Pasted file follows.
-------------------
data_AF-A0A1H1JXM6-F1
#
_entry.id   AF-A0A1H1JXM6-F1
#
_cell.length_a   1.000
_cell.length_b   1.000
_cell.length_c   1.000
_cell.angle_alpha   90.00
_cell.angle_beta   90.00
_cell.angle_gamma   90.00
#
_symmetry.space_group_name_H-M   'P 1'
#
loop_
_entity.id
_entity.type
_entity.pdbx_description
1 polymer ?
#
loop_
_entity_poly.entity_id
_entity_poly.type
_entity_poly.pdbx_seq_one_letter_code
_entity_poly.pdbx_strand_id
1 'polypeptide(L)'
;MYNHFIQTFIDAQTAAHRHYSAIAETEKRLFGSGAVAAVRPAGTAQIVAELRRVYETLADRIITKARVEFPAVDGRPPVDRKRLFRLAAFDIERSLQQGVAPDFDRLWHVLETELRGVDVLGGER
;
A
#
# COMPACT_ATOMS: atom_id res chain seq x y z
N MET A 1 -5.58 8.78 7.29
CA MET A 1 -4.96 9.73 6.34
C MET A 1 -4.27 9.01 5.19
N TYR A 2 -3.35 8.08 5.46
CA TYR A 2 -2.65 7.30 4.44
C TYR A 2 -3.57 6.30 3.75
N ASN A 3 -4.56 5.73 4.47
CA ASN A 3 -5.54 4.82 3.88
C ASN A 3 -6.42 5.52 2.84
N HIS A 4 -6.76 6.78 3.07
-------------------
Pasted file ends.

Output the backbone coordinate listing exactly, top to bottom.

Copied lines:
data_AF-A0A1H1JXM6-F1
#
_entry.id   AF-A0A1H1JXM6-F1
#
_cell.length_a   1.000
_cell.length_b   1.000
_cell.length_c   1.000
_cell.angle_alpha   90.00
_cell.angle_beta   90.00
_cell.angle_gamma   90.00
#
_symmetry.space_group_name_H-M   'P 1'
#
loop_
_entity.id
_entity.type
_entity.pdbx_description
1 polymer ?
#
loop_
_entity_poly.entity_id
_entity_poly.type
_entity_poly.pdbx_seq_one_letter_code
_entity_poly.pdbx_strand_id
1 'polypeptide(L)'
;MYNHFIQTFIDAQTAAHRHYSAIAETEKRLFGSGAVAAVRPAGTAQIVAELRRVYETLADRIITKARVEFPAVDGRPPVDRKRLFRLAAFDIERSLQQGVAPDFDRLWHVLETELRGVDVLGGER
;
A
#
# COMPACT_ATOMS: atom_id res chain seq x y z
N MET A 1 -5.58 8.78 7.29
CA MET A 1 -4.96 9.73 6.34
C MET A 1 -4.27 9.01 5.19
N TYR A 2 -3.35 8.08 5.46
CA TYR A 2 -2.65 7.30 4.44
C TYR A 2 -3.57 6.30 3.75
N ASN A 3 -4.56 5.73 4.47
CA ASN A 3 -5.54 4.82 3.88
C ASN A 3 -6.42 5.52 2.84
N HIS A 4 -6.76 6.78 3.07